The Wild Horse Observers Association (WHOA) says on its website that its recent telephone poll shows 85.7% of Placitans “want the free-roaming horses to remain.” Remain where? In your yard? In my subdivision? On the BLM tract? Let’s unpack this statistic a bit.
A total of 208 persons—that’s about 5% of Placitas adults–completed the August phone survey. Using the pollster’s report, we’ve done some simple number crunching to clarify the main findings and sentiments:
- Move ’em out. About 14% of respondents want the horses to be rounded up and removed.
- Put ’em behind a fence. About 38% want the horses managed on a horse sanctuary on BLM land.
- Put ’em behind two fences. About 16% want the horses to be managed on a horse sanctuary on both BLM and Placitas Open Space (POS) lands.
- All-you-can-eat buffet option. About 22% want the horses to be able to roam on “all unfenced private lands and all public lands in and adjacent to Placitas.”
- Don’t talk to me about horses. About 11% don’t like any of these options or have no opinion.
A breakdown of the numbers is here. Those choosing one of the last four options had previously answered that they wanted the horses managed with contraceptives, fences and cattle guards. That yielded the 85.7% number WHOA is referring to, but as you can see, that group is divided on where the horses should be located.
So, slightly more than half of those surveyed, 52%, want the horses removed or confined to a horse sanctuary on local federal land (14% + 38%).
A minority of Placitas residents — about 22% – want the horses to wander freely through private property. And that may be a generous estimate, as halfway through the polling week, the polling company told us many residents declined to participate in the survey once they learned it was about the Placitas horses.
One of our LOLR contributors notes:
“The survey didn’t ask the respondents if they had recently been on the POS, the BLM, or had experienced damage to their private property. So we don’t know how knowledgeable the 208 respondents were about the land conditions, which, as we know, would have an important bearing on their opinion about where the horses should be. For example, do they know the effect the free-roaming horses are having on our wildlife? Do they know the grasses in the BLM and POS have been chewed down to nothing, and we have sheet erosion as a result? Do they know the BLM, POS and private property arroyos are littered with horse manure, which spreads weeds?”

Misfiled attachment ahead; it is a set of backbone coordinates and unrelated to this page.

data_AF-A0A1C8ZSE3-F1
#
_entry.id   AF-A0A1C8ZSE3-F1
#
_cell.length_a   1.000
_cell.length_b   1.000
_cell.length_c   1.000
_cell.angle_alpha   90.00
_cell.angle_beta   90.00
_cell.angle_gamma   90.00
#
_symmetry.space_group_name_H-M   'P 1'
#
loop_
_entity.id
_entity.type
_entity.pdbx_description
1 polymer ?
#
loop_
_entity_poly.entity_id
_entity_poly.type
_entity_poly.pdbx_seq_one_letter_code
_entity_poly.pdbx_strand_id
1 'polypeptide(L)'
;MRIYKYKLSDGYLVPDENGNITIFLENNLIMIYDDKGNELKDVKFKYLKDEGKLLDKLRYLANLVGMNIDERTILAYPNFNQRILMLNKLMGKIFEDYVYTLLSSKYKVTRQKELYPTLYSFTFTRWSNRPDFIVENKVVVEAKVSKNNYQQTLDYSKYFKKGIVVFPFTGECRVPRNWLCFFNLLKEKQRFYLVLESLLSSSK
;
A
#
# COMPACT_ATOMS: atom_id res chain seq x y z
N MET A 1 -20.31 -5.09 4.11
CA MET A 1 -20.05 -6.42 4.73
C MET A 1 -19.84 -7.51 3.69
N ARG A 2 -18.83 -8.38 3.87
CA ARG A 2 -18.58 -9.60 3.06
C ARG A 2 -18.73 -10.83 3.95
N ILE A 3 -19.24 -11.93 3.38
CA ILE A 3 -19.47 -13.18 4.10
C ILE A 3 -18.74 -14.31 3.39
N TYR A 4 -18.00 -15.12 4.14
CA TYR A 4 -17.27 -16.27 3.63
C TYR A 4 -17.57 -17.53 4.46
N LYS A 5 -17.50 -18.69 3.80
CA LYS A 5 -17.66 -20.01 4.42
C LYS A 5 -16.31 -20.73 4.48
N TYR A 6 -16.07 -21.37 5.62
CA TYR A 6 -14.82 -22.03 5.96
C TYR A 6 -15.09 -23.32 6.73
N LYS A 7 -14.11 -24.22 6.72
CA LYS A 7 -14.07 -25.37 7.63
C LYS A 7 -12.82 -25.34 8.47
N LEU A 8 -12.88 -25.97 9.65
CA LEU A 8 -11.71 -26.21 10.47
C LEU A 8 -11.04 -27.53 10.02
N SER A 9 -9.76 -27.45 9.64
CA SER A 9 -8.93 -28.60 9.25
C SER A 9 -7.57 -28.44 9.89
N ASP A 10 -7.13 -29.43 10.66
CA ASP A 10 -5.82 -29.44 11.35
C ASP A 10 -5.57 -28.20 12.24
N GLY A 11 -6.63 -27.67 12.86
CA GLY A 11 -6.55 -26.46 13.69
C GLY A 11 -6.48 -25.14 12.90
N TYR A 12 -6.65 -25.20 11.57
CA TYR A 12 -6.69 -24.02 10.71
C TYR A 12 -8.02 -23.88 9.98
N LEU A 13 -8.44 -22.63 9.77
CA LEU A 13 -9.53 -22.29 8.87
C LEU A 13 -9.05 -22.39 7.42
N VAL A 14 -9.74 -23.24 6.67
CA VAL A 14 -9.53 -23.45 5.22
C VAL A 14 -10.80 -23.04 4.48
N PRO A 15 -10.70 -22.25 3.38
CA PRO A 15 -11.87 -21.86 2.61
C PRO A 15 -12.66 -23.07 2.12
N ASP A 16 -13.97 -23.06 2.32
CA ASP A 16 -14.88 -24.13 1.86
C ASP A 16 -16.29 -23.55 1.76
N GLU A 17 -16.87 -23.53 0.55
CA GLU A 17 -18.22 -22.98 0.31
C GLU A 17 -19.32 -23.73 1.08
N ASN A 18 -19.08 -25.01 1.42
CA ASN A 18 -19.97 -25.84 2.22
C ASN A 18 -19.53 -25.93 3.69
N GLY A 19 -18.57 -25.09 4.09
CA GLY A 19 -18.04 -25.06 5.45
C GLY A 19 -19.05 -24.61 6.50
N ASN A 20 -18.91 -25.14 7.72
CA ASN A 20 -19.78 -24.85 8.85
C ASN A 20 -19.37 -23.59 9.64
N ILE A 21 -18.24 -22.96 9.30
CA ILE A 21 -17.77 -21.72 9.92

Those answering the poll also may not have been aware that the BLM has no plans to install a horse sanctuary (though some groups are hoping the land can be used that way in the future), that grazing animals are not allowed on the Placitas Open Space (so a sanctuary there is not currently an option), and that private property owners can legally impound trespassing horses. Because the survey ignored these realities, it isn’t a particularly helpful planning tool.
Bottom line: WHOA’s survey indicates that a majority of Placitas residents want the free-roaming horses removed or placed in a sanctuary – not wandering neighborhoods, homes and roads. We second that.
Note: The survey participation rate was apparently about 23% (208 out of about 900 targeted households). Research surveys generally aim for a participation rate above 60% to be considered valid, though public opinion polls may be less stringent, given most people these days hate being polled. Some government agencies require that additional steps be taken to verify the results for any survey with less than 70-80% participation. If the several hundred people who declined to take the WHOA survey have different sentiments about horses than the people who agreed to take the survey, it means the results may be skewed and not representative.